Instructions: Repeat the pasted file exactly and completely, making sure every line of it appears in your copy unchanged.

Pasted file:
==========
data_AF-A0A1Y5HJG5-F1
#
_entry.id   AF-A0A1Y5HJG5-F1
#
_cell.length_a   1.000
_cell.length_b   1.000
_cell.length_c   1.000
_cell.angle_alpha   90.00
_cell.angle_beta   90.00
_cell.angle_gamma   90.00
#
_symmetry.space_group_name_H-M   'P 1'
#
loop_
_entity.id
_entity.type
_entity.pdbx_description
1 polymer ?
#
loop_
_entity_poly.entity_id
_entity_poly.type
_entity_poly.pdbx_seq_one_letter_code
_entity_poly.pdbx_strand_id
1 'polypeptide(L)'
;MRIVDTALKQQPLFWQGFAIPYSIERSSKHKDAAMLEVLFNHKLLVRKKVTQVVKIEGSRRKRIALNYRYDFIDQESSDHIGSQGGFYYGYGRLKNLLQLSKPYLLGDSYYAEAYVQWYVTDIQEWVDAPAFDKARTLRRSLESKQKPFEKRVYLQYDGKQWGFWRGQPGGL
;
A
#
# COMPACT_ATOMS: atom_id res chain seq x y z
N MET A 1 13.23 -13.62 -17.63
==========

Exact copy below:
data_AF-A0A1Y5HJG5-F1
#
_entry.id   AF-A0A1Y5HJG5-F1
#
_cell.length_a   1.000
_cell.length_b   1.000
_cell.length_c   1.000
_cell.angle_alpha   90.00
_cell.angle_beta   90.00
_cell.angle_gamma   90.00
#
_symmetry.space_group_name_H-M   'P 1'
#
loop_
_entity.id
_entity.type
_entity.pdbx_description
1 polymer ?
#
loop_
_entity_poly.entity_id
_entity_poly.type
_entity_poly.pdbx_seq_one_letter_code
_entity_poly.pdbx_strand_id
1 'polypeptide(L)'
;MRIVDTALKQQPLFWQGFAIPYSIERSSKHKDAAMLEVLFNHKLLVRKKVTQVVKIEGSRRKRIALNYRYDFIDQESSDHIGSQGGFYYGYGRLKNLLQLSKPYLLGDSYYAEAYVQWYVTDIQEWVDAPAFDKARTLRRSLESKQKPFEKRVYLQYDGKQWGFWRGQPGGL
;
A
#
# COMPACT_ATOMS: atom_id res chain seq x y z
N MET A 1 13.23 -13.62 -17.63